The New York Islanders split the opening two games in Pittsburgh to open up their first-round matchup in the Stanley Cup Playoffs. Despite playing in two close games, the Islanders have had their fair share of absences, but none of them have been as glaring as the power play.
To start, the power play has only had three opportunities — two in game one and one in game two– and failed in all three. One of those chances was even a four-minute power play, which resulted in nothing.
The outcomes so far in the playoffs are more of what Islanders fans have seen for years now and since the team lost captain Anders Lee. Not only was Lee one of the team’s top scorers when he went down, but he was also one of the top net-front presences in the NHL.
The Isles have tried filling Lee’s spot on the top line and power play in various ways, but none of them have really stuck. Now in the postseason, they must find an answer for one of those, because it is going to be really tough to win hockey games without a goal from your power play or top line.
Under head coach Barry Trotz the team’s power play has never been great, but it was serviceable to start this season. Once Lee went down in early March, the power play lost all of its confidence again.
The solution should be as simple as finding someone who can be a big body like Lee, but the issue is that the Islanders don’t have anyone else like Lee. When they brought in Kyle Palmieri, he seemed like a good option to put in that spot. But Palmieri is more of a shooter than a net-front guy on the power play. The Isles have also tried Matt Martin to replicate at least some of what Lee does, and that didn’t amount to much.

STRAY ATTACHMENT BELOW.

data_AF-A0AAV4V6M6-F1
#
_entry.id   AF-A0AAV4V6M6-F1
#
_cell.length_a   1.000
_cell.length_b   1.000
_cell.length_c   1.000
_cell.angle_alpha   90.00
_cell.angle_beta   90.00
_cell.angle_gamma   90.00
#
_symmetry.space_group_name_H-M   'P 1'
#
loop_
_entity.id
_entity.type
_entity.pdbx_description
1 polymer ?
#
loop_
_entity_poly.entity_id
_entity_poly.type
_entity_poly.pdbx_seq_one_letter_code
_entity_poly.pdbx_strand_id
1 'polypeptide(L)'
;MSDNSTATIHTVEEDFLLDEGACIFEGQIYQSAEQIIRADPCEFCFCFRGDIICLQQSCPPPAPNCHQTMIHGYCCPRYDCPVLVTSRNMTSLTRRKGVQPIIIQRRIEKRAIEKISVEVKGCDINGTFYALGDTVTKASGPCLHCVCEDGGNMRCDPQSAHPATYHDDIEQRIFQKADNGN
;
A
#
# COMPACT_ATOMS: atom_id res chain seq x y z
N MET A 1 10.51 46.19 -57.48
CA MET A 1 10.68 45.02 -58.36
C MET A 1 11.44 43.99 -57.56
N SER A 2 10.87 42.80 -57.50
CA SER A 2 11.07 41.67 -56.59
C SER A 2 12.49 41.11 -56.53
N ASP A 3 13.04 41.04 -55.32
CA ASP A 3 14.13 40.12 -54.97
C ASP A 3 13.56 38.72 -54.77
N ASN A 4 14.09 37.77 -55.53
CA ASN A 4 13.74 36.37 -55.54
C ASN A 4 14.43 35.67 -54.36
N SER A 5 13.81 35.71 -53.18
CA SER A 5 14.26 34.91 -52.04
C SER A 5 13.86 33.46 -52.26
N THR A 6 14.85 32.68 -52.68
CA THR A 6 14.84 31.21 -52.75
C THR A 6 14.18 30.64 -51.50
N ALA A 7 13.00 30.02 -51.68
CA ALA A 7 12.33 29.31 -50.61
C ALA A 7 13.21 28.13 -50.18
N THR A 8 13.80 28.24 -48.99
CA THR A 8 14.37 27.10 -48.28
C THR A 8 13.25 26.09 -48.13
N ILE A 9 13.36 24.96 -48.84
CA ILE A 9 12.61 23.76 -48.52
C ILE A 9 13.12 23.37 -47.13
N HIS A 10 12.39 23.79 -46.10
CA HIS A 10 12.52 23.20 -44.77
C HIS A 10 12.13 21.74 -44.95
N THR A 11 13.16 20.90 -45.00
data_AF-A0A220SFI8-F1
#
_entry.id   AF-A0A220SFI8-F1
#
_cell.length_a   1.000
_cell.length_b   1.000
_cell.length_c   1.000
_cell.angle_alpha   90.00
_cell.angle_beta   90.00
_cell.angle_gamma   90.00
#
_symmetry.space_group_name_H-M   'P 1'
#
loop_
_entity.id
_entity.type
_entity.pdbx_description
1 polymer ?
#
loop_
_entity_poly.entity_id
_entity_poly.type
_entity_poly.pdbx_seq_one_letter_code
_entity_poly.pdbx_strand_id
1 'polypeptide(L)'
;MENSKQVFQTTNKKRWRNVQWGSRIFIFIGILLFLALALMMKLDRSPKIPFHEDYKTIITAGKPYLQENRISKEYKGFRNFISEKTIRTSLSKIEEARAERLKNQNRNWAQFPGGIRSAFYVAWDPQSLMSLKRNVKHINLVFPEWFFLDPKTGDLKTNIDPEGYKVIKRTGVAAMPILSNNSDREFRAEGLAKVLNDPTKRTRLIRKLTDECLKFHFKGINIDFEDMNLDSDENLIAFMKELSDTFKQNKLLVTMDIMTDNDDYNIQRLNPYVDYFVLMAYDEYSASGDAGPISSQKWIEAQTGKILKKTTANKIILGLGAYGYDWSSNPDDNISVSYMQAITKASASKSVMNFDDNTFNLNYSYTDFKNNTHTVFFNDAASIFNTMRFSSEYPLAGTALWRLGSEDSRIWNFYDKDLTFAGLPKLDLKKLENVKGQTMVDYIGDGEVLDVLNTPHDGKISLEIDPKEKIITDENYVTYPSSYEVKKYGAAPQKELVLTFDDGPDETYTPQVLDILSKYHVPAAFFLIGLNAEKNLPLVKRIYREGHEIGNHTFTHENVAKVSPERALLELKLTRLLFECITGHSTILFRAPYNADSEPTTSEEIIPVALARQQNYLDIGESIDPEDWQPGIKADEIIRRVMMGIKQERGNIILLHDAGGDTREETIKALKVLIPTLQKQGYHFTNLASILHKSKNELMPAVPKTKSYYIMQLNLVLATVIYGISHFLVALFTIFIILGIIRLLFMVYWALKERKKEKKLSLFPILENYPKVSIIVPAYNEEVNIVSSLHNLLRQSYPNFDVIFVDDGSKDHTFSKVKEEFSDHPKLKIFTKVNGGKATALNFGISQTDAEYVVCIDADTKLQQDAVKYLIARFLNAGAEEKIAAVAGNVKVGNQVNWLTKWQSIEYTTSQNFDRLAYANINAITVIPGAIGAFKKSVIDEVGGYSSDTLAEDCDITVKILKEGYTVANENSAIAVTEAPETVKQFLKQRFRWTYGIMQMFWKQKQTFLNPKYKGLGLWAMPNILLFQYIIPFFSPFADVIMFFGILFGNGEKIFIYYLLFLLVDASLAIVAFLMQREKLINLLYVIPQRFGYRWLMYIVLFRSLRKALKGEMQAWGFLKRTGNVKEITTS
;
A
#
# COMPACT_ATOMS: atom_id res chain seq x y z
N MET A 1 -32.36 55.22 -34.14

Instead of trying to get back to what worked with Lee in the lineup, the Islanders need to scheme their power play around the talent on the ice. Without that dynamic, they need to send more bodies towards the crease, creating more traffic and hopefully leading to more chances especially with skilled puck handlers like Mathew Barzal and terrific shooters like Oliver Wahlstrom.
When the Islanders have had success on the power play in the second half of the season, it stemmed from both Palmieri and Brock Nelson working towards the net. They caused traffic in front of the net and were able to bury any rebounds that come their way.
Credit also needs to go to the Penguins penalty kill. They’ve done a solid job not letting either of the Isles’ power play units even get set up. But the Islanders need to find a way. The top players have to be better and find a way to score goals.
The bottom line is that the Islanders, as a group in all facets, need to be better than they were in game two. It starts with the power play and each group actually looking competent. They’ve been absent for long enough.
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